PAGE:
The Review of Austrian Economics, 17:4, 345–369, 2004.
2004 Kluwer Academic Publishers. Manufactured in The Netherlands.
Anti-Psychologism in Economics: Wittgenstein
RODERICK T. LONG firstname.lastname@example.org
Department of Philosophy, Auburn University, 6080 Haley Center, Auburn, AL 36849
Abstract. Ludwig Wittgenstein’s arguments for the conclusion that whatever counts as thought must embody
logical principles can likewise be deployed to show that whatever counts as action must embody economic
principles, a conclusion which in turn provides the basis for a defense of Ludwig von Mises’ controversial
claim that the laws of economics are a priori rather than empirical. The Wittgensteinian approach also points
the way toward a transcendence of the intractable disputes among present-day Austrians over formalist versus
hermeneutical, analytic versus synthetic, and impositionist versus reﬂectionist interpretations of economic method.
KeyWords: Ludwig Wittgenstein, Ludwig von Mises, anti-psychologism, praxeology
JEL classiﬁcation: B41, B53, B31, B2, A12.
1. The Problem of Praxeology
According to Ludwig von Mises (1881–1973), the basic principles of economics are not
empirical but a priori; the laws of economics are conceptual truths, and economic truth is
grounded in the science of praxeology: the study of those propositions concerning human
action that can be grasped and recognized as true simply in virtue of an inspection of their
The praxeological approach has always been a hard sell. We live in an empirical age, in
which claims to a priori knowledge are regarded with suspicion. Mises’ a priori derivation
of the laws of economics can easily strike us as a piece of rationalistic dogmatism, on a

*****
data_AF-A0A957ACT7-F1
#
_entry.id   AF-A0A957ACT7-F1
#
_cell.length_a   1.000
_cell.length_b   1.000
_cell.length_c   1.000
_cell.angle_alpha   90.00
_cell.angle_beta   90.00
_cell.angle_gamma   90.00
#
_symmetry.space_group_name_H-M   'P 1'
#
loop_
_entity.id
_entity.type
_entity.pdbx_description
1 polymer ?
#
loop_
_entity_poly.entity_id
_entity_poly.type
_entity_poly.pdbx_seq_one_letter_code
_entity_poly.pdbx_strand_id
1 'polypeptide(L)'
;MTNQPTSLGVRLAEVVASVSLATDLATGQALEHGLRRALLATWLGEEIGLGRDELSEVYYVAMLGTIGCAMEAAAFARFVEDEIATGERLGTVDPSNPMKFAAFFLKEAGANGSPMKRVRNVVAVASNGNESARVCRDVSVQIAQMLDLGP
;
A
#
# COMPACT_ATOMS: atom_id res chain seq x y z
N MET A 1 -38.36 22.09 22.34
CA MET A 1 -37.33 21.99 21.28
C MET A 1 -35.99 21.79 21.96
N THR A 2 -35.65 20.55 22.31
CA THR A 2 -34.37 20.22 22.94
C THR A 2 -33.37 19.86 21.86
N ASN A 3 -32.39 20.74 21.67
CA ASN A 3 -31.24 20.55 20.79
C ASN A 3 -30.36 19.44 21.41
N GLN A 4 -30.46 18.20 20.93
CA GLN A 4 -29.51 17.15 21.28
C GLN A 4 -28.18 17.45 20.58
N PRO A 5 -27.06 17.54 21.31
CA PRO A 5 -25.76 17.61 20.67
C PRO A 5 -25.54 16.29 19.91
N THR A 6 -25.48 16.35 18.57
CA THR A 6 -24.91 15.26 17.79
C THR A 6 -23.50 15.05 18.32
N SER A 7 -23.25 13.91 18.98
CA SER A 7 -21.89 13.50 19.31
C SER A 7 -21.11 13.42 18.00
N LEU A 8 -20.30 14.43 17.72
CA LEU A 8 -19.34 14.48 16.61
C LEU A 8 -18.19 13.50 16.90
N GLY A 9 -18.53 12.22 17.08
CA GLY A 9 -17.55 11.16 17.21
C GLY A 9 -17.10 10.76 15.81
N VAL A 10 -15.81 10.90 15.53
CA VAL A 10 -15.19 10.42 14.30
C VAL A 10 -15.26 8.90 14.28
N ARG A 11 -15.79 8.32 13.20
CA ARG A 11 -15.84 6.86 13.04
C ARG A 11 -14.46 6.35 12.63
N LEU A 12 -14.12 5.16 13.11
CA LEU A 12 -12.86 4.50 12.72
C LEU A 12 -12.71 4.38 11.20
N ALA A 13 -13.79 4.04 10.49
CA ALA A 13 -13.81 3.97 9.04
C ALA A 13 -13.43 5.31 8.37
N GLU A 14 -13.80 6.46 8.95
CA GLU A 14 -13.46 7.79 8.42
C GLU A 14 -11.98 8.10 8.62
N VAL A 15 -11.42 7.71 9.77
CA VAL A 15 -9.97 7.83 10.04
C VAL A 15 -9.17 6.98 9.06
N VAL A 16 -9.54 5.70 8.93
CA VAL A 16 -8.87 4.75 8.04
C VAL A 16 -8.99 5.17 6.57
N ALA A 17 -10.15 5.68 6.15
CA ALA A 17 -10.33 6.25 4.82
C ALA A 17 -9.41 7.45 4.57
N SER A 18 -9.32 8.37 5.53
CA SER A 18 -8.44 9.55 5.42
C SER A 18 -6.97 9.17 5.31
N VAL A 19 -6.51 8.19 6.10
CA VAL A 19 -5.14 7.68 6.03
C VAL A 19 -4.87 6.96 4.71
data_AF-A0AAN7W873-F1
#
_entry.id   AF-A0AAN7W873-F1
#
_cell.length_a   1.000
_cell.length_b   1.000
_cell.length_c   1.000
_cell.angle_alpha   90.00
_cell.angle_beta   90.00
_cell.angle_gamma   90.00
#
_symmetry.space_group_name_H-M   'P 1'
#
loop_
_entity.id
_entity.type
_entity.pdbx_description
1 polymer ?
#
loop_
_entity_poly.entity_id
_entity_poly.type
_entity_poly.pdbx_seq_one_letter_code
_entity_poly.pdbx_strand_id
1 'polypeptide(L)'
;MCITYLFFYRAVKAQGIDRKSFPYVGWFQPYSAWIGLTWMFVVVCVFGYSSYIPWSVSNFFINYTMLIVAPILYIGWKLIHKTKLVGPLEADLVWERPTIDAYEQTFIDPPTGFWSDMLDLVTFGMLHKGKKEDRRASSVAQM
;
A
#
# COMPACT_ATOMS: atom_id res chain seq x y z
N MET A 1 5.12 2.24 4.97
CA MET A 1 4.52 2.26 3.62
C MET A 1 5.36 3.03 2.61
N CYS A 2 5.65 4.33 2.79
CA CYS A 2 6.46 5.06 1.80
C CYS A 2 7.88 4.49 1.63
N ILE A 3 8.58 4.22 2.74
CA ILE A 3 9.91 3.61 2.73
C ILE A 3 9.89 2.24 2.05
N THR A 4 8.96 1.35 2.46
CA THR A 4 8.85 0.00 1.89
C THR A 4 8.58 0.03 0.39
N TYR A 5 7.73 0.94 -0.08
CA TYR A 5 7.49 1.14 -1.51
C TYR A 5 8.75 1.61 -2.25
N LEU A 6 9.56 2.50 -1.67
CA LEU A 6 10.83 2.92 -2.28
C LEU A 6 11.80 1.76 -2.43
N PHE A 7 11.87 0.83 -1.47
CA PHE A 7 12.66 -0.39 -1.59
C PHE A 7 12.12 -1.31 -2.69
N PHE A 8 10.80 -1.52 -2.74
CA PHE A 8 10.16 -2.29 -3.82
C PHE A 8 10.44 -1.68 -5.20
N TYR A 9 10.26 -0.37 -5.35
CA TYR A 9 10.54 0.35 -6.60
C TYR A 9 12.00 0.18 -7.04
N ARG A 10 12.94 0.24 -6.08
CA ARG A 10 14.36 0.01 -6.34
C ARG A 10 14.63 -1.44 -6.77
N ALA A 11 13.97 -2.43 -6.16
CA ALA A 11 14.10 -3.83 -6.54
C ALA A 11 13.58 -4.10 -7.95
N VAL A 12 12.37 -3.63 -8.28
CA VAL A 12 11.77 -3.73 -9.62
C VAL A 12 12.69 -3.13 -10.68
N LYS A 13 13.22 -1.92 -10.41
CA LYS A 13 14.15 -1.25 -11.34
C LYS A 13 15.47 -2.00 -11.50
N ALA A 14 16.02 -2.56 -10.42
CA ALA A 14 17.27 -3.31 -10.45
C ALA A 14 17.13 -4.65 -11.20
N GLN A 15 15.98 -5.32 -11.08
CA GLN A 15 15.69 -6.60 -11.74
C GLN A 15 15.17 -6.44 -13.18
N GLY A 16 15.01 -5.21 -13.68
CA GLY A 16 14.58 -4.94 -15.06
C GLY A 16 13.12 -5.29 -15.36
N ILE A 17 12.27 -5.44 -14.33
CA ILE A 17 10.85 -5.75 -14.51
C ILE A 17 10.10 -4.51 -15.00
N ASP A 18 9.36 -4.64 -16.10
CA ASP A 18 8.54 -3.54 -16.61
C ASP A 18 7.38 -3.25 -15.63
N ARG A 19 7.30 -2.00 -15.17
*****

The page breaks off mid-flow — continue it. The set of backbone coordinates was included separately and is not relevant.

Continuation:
par with the claims of Descartes and Kant to have derived the laws of physical motion a
priori. Blaug’s (1992) negative judgment illuminatingly expresses the temper of our time:
“Mises’ statements of radical apriorism are so uncompromising that they have to be read to
be believed”; they “smack of an antiempirical undertone ...that is wholly alien to the very
spirit of science,” and are “so idiosyncratically and dogmatically stated that we can only
wonder that they have been taken seriously by anyone” (80–81).
Earlier versions of this paper have been presented at the Auburn Philosophical Society, Auburn University, 20
October 2000; the 7th Austrian Scholars Conference, Ludwig von Mises Institute, 28 March 2001; the Workshop
on Current Issues in Austrian Economics, Ludwig von Mises Institute, 12–13 July 2001; the Civil Society Institute,
Santa Clara University, 2–4 November 2001; the J.M. Kaplan Workshop in Politics, Philosophy, and Economics,
George Mason University, 30 November 2001; the Austrian Economics Colloquium, New York University, 3
December 2001; and the University of Oklahoma Philosophy Department, 15 November 2003. This paper is part
of a larger project (Long (forthcoming)) which has beneﬁted from comments, suggestions, and encouragement
from Robert Bass, Peter J. Boettke, Gene Callahan, Bryan Caplan, J¨org Guido H¨ulsmann, Kelly Dean Jolley,
Roger Koppl, Mario Rizzo, and Barry Smith.